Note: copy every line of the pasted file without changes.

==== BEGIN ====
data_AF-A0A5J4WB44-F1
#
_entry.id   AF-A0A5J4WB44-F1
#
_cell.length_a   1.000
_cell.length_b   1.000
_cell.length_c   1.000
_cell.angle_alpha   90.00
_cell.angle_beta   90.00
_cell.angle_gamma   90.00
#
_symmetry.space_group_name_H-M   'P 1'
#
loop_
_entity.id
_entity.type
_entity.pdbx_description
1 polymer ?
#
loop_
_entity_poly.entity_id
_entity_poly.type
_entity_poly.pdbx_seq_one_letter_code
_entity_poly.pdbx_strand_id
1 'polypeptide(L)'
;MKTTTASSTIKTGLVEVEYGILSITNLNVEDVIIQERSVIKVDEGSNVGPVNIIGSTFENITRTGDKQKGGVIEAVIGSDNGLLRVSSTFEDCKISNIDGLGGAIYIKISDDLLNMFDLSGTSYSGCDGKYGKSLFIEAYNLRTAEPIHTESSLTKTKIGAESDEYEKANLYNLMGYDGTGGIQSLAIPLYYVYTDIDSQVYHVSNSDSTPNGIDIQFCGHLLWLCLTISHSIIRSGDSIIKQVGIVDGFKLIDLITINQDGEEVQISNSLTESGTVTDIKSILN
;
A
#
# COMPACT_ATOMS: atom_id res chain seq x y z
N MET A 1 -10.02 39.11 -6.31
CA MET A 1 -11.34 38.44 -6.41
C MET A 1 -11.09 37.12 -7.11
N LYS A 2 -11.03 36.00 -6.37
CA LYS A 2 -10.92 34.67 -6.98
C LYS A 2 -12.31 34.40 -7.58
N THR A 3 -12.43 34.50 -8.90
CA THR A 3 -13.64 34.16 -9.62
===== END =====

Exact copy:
data_AF-A0A5J4WB44-F1
#
_entry.id   AF-A0A5J4WB44-F1
#
_cell.length_a   1.000
_cell.length_b   1.000
_cell.length_c   1.000
_cell.angle_alpha   90.00
_cell.angle_beta   90.00
_cell.angle_gamma   90.00
#
_symmetry.space_group_name_H-M   'P 1'
#
loop_
_entity.id
_entity.type
_entity.pdbx_description
1 polymer ?
#
loop_
_entity_poly.entity_id
_entity_poly.type
_entity_poly.pdbx_seq_one_letter_code
_entity_poly.pdbx_strand_id
1 'polypeptide(L)'
;MKTTTASSTIKTGLVEVEYGILSITNLNVEDVIIQERSVIKVDEGSNVGPVNIIGSTFENITRTGDKQKGGVIEAVIGSDNGLLRVSSTFEDCKISNIDGLGGAIYIKISDDLLNMFDLSGTSYSGCDGKYGKSLFIEAYNLRTAEPIHTESSLTKTKIGAESDEYEKANLYNLMGYDGTGGIQSLAIPLYYVYTDIDSQVYHVSNSDSTPNGIDIQFCGHLLWLCLTISHSIIRSGDSIIKQVGIVDGFKLIDLITINQDGEEVQISNSLTESGTVTDIKSILN
;
A
#
# COMPACT_ATOMS: atom_id res chain seq x y z
N MET A 1 -10.02 39.11 -6.31
CA MET A 1 -11.34 38.44 -6.41
C MET A 1 -11.09 37.12 -7.11
N LYS A 2 -11.03 36.00 -6.37
CA LYS A 2 -10.92 34.67 -6.98
C LYS A 2 -12.31 34.40 -7.58
N THR A 3 -12.43 34.50 -8.90
CA THR A 3 -13.64 34.16 -9.62